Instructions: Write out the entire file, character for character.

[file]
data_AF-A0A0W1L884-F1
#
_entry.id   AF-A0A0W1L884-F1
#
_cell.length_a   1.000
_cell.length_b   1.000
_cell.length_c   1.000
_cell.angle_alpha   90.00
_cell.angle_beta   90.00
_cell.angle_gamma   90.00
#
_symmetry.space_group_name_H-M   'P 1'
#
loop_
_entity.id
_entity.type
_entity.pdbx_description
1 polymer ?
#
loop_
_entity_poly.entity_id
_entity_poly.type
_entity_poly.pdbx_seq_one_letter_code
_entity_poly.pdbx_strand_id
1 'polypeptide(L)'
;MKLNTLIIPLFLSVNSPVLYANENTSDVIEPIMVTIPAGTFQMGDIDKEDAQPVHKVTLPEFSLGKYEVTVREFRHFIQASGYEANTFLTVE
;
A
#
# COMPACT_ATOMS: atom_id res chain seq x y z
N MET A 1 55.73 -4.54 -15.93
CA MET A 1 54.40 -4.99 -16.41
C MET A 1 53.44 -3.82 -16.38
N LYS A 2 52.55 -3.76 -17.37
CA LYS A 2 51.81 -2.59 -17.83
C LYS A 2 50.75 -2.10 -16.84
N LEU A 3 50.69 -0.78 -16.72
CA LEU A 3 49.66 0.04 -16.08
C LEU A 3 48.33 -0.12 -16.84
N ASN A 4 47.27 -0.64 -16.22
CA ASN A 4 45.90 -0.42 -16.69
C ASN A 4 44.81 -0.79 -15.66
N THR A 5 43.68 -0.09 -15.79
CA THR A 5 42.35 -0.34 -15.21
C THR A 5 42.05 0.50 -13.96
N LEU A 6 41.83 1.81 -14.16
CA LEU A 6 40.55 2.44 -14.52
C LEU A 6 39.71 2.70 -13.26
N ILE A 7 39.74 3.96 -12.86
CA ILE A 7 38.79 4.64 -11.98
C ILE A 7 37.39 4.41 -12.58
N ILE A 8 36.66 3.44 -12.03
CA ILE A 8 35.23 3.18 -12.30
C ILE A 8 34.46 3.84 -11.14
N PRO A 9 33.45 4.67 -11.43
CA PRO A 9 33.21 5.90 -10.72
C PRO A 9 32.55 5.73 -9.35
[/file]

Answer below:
data_AF-A0A0W1L884-F1
#
_entry.id   AF-A0A0W1L884-F1
#
_cell.length_a   1.000
_cell.length_b   1.000
_cell.length_c   1.000
_cell.angle_alpha   90.00
_cell.angle_beta   90.00
_cell.angle_gamma   90.00
#
_symmetry.space_group_name_H-M   'P 1'
#
loop_
_entity.id
_entity.type
_entity.pdbx_description
1 polymer ?
#
loop_
_entity_poly.entity_id
_entity_poly.type
_entity_poly.pdbx_seq_one_letter_code
_entity_poly.pdbx_strand_id
1 'polypeptide(L)'
;MKLNTLIIPLFLSVNSPVLYANENTSDVIEPIMVTIPAGTFQMGDIDKEDAQPVHKVTLPEFSLGKYEVTVREFRHFIQASGYEANTFLTVE
;
A
#
# COMPACT_ATOMS: atom_id res chain seq x y z
N MET A 1 55.73 -4.54 -15.93
CA MET A 1 54.40 -4.99 -16.41
C MET A 1 53.44 -3.82 -16.38
N LYS A 2 52.55 -3.76 -17.37
CA LYS A 2 51.81 -2.59 -17.83
C LYS A 2 50.75 -2.10 -16.84
N LEU A 3 50.69 -0.78 -16.72
CA LEU A 3 49.66 0.04 -16.08
C LEU A 3 48.33 -0.12 -16.84
N ASN A 4 47.27 -0.64 -16.22
CA ASN A 4 45.90 -0.42 -16.69
C ASN A 4 44.81 -0.79 -15.66
N THR A 5 43.68 -0.09 -15.79
CA THR A 5 42.35 -0.34 -15.21
C THR A 5 42.05 0.50 -13.96
N LEU A 6 41.83 1.81 -14.16
CA LEU A 6 40.55 2.44 -14.52
C LEU A 6 39.71 2.70 -13.26
N ILE A 7 39.74 3.96 -12.86
CA ILE A 7 38.79 4.64 -11.98
C ILE A 7 37.39 4.41 -12.58
N ILE A 8 36.66 3.44 -12.03
CA ILE A 8 35.23 3.18 -12.30
C ILE A 8 34.46 3.84 -11.14
N PRO A 9 33.45 4.67 -11.43
CA PRO A 9 33.21 5.90 -10.72
C PRO A 9 32.55 5.73 -9.35